Swearingen also said Texas authorities had not placed the DNA found under Trotter's fingernails in a national database, only in a state database. He said he thought it would eventually link someone else to the crime, but "will I be here in time enough to see it happen, I don't know."
The jury did hear, in the sentencing phase of the case, of Swearingen's prior violent behaviour toward women.
Blackburn said Swearingen had sexually assaulted his first wife at knifepoint, gagged and sexually assaulted another woman, and had broken into a neighbour's home and cut off the legs of a pair of pantyhose.
He was convicted of capital murder while committing aggravated sexual assault, though his defence has challenged that Trotter was sexually assaulted.
Swearingen took the stand and told the jury he didn't kill Trotter.
One issue that wasn't raised at trial was the state of Trotter's body.
Though the medical examiner testified that Trotter had likely been dead for 25 days, the amount of time between when she disappeared and was found, numerous forensic experts have since testified for the defence that Trotter had probably only been dead for about two weeks or less.
Texas prosecutors argued, and the courts agreed, that the science of "post-mortem interval" is inexact and that the differing time estimates were not convincing.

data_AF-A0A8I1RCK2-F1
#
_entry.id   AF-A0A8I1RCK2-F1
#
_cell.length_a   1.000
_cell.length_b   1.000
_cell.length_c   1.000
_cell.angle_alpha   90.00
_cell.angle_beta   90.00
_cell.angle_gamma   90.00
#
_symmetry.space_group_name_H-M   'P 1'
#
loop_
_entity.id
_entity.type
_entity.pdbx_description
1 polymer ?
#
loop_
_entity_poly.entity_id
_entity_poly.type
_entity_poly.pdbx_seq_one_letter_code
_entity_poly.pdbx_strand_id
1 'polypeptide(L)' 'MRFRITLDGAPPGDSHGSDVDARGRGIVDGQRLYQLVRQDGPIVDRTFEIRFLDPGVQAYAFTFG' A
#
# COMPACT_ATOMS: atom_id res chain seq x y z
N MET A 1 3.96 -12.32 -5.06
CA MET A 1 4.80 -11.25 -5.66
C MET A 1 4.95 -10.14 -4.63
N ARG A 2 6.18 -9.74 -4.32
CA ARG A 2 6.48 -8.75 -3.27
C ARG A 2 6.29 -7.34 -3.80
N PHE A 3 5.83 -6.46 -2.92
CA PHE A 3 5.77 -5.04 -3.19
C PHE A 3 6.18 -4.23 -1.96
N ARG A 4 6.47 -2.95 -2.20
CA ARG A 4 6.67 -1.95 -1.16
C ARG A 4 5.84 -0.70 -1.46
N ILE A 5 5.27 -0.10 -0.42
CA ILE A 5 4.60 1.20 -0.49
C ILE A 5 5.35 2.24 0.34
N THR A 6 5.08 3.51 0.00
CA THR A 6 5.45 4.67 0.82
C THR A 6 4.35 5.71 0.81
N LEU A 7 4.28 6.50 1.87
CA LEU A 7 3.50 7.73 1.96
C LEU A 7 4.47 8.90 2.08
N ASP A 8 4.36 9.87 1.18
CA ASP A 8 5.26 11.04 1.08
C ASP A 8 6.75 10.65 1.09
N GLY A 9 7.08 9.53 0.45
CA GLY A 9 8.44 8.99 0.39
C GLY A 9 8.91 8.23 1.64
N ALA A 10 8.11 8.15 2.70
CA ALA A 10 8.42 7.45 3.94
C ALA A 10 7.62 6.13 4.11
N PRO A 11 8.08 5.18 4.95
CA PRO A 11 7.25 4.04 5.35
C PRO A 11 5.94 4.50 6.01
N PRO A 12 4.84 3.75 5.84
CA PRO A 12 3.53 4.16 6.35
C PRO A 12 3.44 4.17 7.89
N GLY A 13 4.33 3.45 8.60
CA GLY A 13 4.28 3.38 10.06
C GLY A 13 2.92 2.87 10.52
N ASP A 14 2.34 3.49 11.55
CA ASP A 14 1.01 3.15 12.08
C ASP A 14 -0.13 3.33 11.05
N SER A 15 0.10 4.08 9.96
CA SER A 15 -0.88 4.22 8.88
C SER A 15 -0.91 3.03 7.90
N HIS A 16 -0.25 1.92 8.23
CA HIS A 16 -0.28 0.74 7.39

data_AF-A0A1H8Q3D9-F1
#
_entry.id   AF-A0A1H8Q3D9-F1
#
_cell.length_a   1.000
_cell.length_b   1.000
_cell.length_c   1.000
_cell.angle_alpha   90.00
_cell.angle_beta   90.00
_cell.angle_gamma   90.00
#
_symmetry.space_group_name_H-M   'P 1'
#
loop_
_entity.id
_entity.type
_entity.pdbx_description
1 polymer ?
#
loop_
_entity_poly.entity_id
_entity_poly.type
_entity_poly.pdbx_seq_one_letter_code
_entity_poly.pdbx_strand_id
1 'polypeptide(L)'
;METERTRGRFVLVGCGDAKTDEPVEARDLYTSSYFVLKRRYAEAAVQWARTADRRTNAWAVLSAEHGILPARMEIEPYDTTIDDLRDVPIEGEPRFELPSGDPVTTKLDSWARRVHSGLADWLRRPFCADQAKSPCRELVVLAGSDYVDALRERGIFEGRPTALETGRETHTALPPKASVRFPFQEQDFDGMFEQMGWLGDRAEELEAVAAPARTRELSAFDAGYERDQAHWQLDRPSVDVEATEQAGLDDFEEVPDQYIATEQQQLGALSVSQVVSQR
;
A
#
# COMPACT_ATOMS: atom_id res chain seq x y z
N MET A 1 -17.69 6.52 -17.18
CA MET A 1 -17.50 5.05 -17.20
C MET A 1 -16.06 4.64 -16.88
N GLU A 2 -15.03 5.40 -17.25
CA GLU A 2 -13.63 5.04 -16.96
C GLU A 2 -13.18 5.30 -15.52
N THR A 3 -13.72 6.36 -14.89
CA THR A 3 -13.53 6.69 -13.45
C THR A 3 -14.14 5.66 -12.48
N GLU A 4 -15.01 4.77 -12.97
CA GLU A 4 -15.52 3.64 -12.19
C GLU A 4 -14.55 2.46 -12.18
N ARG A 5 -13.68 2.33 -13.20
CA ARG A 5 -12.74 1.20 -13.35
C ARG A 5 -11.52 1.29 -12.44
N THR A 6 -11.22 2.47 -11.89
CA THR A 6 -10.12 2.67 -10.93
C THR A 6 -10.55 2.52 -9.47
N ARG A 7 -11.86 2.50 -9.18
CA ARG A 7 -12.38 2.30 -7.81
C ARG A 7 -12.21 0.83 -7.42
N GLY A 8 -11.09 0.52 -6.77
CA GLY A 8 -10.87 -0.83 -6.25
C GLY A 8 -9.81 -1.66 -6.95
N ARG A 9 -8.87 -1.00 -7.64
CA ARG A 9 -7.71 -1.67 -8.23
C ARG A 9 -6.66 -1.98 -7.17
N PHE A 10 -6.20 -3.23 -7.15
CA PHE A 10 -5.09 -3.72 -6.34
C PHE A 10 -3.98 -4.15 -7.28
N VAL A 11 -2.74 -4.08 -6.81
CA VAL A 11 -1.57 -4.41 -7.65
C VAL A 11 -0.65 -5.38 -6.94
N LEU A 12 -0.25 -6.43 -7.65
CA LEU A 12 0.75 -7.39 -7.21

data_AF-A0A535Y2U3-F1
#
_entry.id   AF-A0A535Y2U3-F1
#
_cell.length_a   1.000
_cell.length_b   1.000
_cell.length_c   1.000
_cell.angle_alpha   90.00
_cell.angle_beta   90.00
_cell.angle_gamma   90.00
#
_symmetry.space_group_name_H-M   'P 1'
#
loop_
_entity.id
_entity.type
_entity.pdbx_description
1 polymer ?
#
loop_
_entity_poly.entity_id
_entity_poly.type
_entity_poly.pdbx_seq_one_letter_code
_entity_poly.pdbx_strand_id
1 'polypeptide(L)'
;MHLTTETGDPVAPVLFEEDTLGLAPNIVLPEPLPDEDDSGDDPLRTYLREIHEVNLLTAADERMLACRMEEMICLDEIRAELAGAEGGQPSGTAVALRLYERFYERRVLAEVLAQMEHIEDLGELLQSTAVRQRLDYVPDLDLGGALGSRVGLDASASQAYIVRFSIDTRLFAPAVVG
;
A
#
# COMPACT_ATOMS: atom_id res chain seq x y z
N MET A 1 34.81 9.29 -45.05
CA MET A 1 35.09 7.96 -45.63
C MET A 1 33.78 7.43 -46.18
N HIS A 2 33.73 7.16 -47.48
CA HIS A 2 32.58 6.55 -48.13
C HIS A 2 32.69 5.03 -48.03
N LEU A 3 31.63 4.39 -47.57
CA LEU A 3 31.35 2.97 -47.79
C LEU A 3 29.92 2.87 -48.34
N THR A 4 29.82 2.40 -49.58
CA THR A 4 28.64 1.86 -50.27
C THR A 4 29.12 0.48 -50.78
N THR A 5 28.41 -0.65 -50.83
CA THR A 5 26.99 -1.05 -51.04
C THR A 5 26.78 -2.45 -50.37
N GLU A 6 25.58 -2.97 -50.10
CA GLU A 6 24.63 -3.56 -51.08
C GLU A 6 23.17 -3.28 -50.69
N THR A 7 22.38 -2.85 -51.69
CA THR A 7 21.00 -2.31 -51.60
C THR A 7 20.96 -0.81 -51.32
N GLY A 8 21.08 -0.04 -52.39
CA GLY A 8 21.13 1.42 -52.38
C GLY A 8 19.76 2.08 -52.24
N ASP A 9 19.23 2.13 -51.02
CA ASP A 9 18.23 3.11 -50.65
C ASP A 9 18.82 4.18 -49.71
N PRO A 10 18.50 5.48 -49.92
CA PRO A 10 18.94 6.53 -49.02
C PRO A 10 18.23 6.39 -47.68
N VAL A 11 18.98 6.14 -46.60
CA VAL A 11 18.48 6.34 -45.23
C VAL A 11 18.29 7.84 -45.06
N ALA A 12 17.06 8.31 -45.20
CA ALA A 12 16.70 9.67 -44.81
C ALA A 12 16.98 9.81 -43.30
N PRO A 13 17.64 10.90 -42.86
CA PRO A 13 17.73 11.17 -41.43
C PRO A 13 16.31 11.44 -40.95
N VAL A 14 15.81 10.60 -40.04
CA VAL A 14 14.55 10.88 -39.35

Prosecutors noted that Trotter had the same food in her stomach as she was last seen eating at the college student centre, and was wearing the same clothes.
James Rytting, Swearingen's lawyer for the last 15 years, responded that if Trotter were dead for 25 days the food would have disintegrated, that it wasn't the same food, and that if she were held captive she wouldn't have been "taken to Macy's to freshen up."
Rytting added, "The whole thing is nonsense, forensics at its worst."
In a final ruling on Friday, the federal Fifth Circuit appeals court rejected Swearingen's new challenges.
"Swearingen has not come close to establishing that 'no reasonable factfinder' would have found him guilty," wrote US Circuit Judge Stuart Kyle Duncan, a recent appointee of President Donald Trump.
Swearingen said in his statement to The Post that "Many people participated in my demise," claiming that police planted the matching pantyhose in his home and that the medical examiner lied about the length of time Trotter had been dead.
But Swearingen said he deserved some blame too. "Not because I had anything to do with Melissa's murder," he said. "She was my friend. But in my youth, I made a lot of stupid mistakes. ... I was philandering with Melissa and other women instead of taking care of my wife and kids. I had been violent with both women and men. I put myself in a perfect position to be framed for murder."
Blackburn said Swearingen and his lawyers, including the Innocence Project, "want you to look at everything in a vacuum. But juries don't do that, they look at the whole case. And the totality of circumstances and the mountain of evidence that Larry Swearingen kidnapped and murdered Melissa Trotter is overwhelming."